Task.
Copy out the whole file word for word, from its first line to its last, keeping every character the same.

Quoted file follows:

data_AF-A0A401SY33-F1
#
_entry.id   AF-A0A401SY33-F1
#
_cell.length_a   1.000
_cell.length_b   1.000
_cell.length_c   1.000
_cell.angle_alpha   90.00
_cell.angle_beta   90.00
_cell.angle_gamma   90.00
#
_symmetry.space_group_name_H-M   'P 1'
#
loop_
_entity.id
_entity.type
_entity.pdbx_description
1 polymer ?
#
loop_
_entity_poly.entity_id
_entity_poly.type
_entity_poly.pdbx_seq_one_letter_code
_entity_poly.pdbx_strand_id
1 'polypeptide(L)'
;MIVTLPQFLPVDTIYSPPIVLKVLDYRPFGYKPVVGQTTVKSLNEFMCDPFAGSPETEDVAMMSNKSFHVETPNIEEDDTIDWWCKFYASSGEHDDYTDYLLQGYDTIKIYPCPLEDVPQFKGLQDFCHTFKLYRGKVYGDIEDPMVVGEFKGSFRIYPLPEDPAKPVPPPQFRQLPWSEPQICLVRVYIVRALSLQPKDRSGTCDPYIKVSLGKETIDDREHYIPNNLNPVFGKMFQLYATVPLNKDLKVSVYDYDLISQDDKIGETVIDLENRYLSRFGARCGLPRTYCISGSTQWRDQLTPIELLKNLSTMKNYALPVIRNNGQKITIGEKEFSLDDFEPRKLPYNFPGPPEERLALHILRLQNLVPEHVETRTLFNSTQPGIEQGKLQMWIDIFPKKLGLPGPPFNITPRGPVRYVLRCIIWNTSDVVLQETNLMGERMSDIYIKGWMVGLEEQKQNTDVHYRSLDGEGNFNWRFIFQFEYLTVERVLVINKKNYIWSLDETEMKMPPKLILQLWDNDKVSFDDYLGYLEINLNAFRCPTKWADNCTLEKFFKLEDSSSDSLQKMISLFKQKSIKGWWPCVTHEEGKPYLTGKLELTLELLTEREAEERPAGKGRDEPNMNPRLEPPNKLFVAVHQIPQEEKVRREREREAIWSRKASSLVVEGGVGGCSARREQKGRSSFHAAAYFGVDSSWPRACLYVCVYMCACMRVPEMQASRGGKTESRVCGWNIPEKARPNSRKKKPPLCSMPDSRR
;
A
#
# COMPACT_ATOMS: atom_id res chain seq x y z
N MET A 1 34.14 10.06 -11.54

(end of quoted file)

data_AF-A0A401SY33-F1
#
_entry.id   AF-A0A401SY33-F1
#
_cell.length_a   1.000
_cell.length_b   1.000
_cell.length_c   1.000
_cell.angle_alpha   90.00
_cell.angle_beta   90.00
_cell.angle_gamma   90.00
#
_symmetry.space_group_name_H-M   'P 1'
#
loop_
_entity.id
_entity.type
_entity.pdbx_description
1 polymer ?
#
loop_
_entity_poly.entity_id
_entity_poly.type
_entity_poly.pdbx_seq_one_letter_code
_entity_poly.pdbx_strand_id
1 'polypeptide(L)'
;MIVTLPQFLPVDTIYSPPIVLKVLDYRPFGYKPVVGQTTVKSLNEFMCDPFAGSPETEDVAMMSNKSFHVETPNIEEDDTIDWWCKFYASSGEHDDYTDYLLQGYDTIKIYPCPLEDVPQFKGLQDFCHTFKLYRGKVYGDIEDPMVVGEFKGSFRIYPLPEDPAKPVPPPQFRQLPWSEPQICLVRVYIVRALSLQPKDRSGTCDPYIKVSLGKETIDDREHYIPNNLNPVFGKMFQLYATVPLNKDLKVSVYDYDLISQDDKIGETVIDLENRYLSRFGARCGLPRTYCISGSTQWRDQLTPIELLKNLSTMKNYALPVIRNNGQKITIGEKEFSLDDFEPRKLPYNFPGPPEERLALHILRLQNLVPEHVETRTLFNSTQPGIEQGKLQMWIDIFPKKLGLPGPPFNITPRGPVRYVLRCIIWNTSDVVLQETNLMGERMSDIYIKGWMVGLEEQKQNTDVHYRSLDGEGNFNWRFIFQFEYLTVERVLVINKKNYIWSLDETEMKMPPKLILQLWDNDKVSFDDYLGYLEINLNAFRCPTKWADNCTLEKFFKLEDSSSDSLQKMISLFKQKSIKGWWPCVTHEEGKPYLTGKLELTLELLTEREAEERPAGKGRDEPNMNPRLEPPNKLFVAVHQIPQEEKVRREREREAIWSRKASSLVVEGGVGGCSARREQKGRSSFHAAAYFGVDSSWPRACLYVCVYMCACMRVPEMQASRGGKTESRVCGWNIPEKARPNSRKKKPPLCSMPDSRR
;
A
#
# COMPACT_ATOMS: atom_id res chain seq x y z
N MET A 1 34.14 10.06 -11.54